Compared to the wretched Inferno and Storks, American Honey should seem like a masterpiece, but it outstays its welcome, turning into a three hour road trip to nowhere
Inferno (12A) *
American Honey (15) ***
Storks (U) *
It takes real effort to make a film as heroically awful as Inferno, so if nothing else Ron Howard and Tom Hanks deserve credit for their ongoing commitment to bringing the Dan Brown-sourced franchise to the big screen in such dire fashion. Following the puzzling popularity of The Da Vinci Code and its rubbish sequel Angels and Demons, this latest instalment propels Harvard symbologist Robert Langdon (Hanks) on another ludicrous adventure. It might not boast anything quite as hilariously terrible as the sight of Ewan McGregor parachuting into the Vatican (as witnessed in Angels and Demons), but it does kick off in a way that beggars belief. After suffering an apparent gunshot wound to the head, Langdon wakes up in a hospital in Florence and, beset with hallucinatory visions of a plague doctors and devils straight out of Dante’s Inferno, he’s propelled on a high-speed chase through the medieval city.
The visions, we’re soon told, are the result of his aforementioned head trauma, which has also left him with no memory of how he got there. Perhaps under the impression that he’s making a Bourne movie, Howard shoots everything here with a jittery handheld camera to echo Paul Greengrass’s ubiquitous shooting style, although Howard’s determination to amp everything up further with lots of rapid cutting and some gaudy visual tricks (designed to replicate Langdon’s confused mental state) is actually more reminiscent of Michael Bay. Indeed, Howard seems to have lost any sense of how to tell a story here: he just throws images and flash-cuts around in the presumed hope it will generate pulse-pounding excitement. It doesn’t, not even when it becomes apparent that Langdon will have to track down yet another cataclysmic doomsday device.
This one – as the repeated references to Dante are supposed to make clear – involves a madman’s determination to wipe out billions of people in an attempt to save the planet from humanity’s virus-like spread (he’s played with cackling glee by Ben Foster). Langdon’s chief companion this time out is a British doctor played by Felicity Jones, who really does do her best to make her character interesting, despite receiving no help from the script. The same goes for Hanks and it’s a sign, perhaps, of how dull a character Dan Brown has created that, after three films, one of the world’s most likeable movie stars can’t make him appealing. In this one Langdon simply bounces from clue to clue, his memory conveniently coming back any time he needs to get out of a dangerous scrape. As a character, though, he has no agency of his own; he’s just a pawn, designed to link various convoluted set-pieces together. He no longer even has that spectacularly funny mullet to distinguish him. The end result feels like a special circle of cinematic hell designed for those who no longer care what movie is on screen, only that it’s noisy and full of meaningless destruction.
Next to this, Andrea Arnold’s American Honey should feel like a masterpiece. Her US debut (after Red Road, Fish Tank and her artful adaptation of Wuthering Heights) is the antithesis of what we think of as mainstream commercial filmmaking in every way but one – at close to three hours it’s incredibly indulgent, to the point where any goodwill towards what she’s attempting starts to dissipate. That may be the point of course. Perhaps she’s attempting to challenge audiences who’ll sit through an incomprehensible three-hour Transformers movie, but balk at doing the same for an art film with naturalistic performances and a meandering plot that’s closer to our actual lives. The fact that she’s cast Transformers star Shia LaBeouf suggests that might be part of her MO. Sadly, that doesn’t automatically make it a great movie. Part of the issue is that apart from the punishing length, the film really isn’t all that radical. The poetic naturalism that’s been feature of her British films remains very much intact, but there’s nothing here that hasn’t been seen in, say, the films of Kelly Reichardt, who’s been making powerful, low-key movies about people living on the fringes of American society for the last 15 years, and whose experimental use of different aspect ratios Arnold also shares. That last feature is the most immediately striking thing about American Honey. The boxy frame reflects the hemmed in status of the protagonist, Star (newcomer Sasha Lane), an 18-year-old woman we first see dumpster diving for food to feed her younger siblings (or stepsiblings – Arnold keeps the exact details ambiguous). When she happens across a group of feral travellers led by the charismatic Jake (LeBeouf), she’s presented with a chance for escape – one she impulsively takes and which leads her on an odyssey across the US working for a tough young woman (Riley Keough) selling magazine subscriptions door-to-door. What emerges is a sprawling coming-of-age film that deliberately tempers the romanticism of the landscape with the rawness of a life lived tethered to the bottom rung of the societal ladder. It’s as brilliant and compelling as it is maddening and repetitious.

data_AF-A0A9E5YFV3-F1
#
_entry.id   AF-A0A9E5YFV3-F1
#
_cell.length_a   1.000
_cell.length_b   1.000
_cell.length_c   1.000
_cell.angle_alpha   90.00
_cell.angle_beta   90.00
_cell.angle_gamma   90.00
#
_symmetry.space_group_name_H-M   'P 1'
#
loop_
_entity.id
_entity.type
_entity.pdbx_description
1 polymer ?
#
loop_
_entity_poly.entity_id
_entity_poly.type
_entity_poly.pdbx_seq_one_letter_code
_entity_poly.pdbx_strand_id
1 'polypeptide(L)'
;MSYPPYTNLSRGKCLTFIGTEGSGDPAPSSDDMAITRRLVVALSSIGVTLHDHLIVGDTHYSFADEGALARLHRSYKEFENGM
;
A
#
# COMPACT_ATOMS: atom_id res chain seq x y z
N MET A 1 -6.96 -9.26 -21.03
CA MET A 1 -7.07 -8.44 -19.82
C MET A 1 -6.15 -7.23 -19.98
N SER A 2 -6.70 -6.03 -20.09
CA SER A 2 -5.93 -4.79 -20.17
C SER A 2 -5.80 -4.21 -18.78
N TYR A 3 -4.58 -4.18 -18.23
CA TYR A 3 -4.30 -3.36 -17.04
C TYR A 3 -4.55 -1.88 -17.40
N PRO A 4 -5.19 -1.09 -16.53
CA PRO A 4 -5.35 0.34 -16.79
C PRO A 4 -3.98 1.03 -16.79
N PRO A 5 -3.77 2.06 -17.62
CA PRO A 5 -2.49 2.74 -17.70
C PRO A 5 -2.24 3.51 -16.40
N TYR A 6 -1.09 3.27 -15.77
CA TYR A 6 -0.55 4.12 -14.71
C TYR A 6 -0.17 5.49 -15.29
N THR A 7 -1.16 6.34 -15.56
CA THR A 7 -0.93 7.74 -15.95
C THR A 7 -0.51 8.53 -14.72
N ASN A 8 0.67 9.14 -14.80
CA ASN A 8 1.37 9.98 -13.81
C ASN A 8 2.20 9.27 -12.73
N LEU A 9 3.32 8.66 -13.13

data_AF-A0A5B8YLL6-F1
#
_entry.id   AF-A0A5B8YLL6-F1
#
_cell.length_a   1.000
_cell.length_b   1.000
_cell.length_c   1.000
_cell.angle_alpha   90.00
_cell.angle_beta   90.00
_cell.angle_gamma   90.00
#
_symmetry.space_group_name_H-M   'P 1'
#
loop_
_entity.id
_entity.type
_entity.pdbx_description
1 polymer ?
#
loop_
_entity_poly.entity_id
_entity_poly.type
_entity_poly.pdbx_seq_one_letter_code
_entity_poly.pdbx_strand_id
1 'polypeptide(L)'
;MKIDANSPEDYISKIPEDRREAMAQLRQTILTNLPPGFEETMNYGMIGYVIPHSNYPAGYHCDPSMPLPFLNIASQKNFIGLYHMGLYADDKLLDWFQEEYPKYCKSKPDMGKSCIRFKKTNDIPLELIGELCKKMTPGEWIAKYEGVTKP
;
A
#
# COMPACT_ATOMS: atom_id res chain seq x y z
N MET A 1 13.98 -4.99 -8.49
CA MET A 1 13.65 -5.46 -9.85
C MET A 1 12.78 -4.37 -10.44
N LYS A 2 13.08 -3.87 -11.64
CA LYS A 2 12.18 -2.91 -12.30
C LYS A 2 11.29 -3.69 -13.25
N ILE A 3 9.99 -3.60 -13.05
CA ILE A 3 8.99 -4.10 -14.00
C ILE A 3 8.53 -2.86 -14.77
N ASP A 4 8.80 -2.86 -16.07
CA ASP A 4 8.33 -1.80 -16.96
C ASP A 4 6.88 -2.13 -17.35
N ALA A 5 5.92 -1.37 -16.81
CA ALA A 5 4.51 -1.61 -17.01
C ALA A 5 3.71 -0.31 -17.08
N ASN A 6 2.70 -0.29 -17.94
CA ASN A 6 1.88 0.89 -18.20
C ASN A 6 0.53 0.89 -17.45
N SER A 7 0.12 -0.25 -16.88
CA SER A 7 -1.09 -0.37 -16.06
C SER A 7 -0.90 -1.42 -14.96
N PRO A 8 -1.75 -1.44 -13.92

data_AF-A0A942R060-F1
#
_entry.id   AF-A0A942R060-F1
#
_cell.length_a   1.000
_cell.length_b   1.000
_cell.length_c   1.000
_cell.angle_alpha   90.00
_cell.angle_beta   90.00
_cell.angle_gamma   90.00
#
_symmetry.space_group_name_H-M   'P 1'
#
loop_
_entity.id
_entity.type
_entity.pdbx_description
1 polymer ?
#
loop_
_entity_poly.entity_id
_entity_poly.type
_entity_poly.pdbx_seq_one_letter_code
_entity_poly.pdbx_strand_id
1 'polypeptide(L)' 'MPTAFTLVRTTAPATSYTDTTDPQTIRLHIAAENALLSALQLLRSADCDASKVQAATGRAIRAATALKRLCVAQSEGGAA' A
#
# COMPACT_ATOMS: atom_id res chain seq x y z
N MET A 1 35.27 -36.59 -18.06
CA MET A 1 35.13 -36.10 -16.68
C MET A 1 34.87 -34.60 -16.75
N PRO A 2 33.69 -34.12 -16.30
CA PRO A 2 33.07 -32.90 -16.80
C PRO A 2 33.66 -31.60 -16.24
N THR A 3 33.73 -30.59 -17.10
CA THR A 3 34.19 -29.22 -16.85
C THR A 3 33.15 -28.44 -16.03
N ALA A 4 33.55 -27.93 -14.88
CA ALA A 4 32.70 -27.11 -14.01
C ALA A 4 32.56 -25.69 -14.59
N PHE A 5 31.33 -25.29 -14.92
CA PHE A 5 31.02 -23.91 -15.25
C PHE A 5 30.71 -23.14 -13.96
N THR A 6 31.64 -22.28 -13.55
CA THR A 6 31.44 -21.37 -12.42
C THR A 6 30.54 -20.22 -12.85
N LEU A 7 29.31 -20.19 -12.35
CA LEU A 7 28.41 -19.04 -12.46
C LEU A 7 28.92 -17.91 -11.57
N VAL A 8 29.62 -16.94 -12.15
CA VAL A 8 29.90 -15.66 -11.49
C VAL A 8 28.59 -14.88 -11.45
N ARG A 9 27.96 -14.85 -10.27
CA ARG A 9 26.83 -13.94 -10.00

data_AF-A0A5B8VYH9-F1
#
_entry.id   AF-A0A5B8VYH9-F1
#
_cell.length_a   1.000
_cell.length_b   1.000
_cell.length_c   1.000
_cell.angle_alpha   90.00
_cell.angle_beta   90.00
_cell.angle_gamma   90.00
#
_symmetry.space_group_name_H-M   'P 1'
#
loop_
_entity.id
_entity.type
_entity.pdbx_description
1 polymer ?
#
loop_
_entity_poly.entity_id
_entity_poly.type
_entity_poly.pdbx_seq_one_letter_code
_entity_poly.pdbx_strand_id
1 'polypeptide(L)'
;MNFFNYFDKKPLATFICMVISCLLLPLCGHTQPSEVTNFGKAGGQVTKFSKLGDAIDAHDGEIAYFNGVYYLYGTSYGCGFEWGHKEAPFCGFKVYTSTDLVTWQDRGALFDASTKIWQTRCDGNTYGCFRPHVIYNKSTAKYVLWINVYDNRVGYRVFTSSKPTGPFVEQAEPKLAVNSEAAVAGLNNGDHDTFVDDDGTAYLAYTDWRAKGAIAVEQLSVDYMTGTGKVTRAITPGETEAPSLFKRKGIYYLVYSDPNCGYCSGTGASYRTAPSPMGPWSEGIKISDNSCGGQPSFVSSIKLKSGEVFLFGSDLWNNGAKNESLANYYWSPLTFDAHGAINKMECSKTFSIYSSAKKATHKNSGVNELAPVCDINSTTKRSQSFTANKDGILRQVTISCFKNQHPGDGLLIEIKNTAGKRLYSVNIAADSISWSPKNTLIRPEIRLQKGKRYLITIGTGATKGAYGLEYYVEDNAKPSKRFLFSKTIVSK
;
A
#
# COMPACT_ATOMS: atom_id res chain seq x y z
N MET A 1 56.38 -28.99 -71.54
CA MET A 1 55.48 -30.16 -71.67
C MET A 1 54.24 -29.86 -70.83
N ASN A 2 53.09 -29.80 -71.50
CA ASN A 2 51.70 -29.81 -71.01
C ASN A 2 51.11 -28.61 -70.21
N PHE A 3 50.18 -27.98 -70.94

Storks, on the other hand, is back to the idiocy of Inferno, albeit this time in a kid-friendly format. Never quite thinking through the logic of using the old joke about storks delivering babies to make a family film with saccharine life lessons about parenting, it serves up a nonsensical plot, lots of bright colours and a raft of celebrity voices (Andy Samberg, Jennifer Aniston, Ty Burrell), but not much else.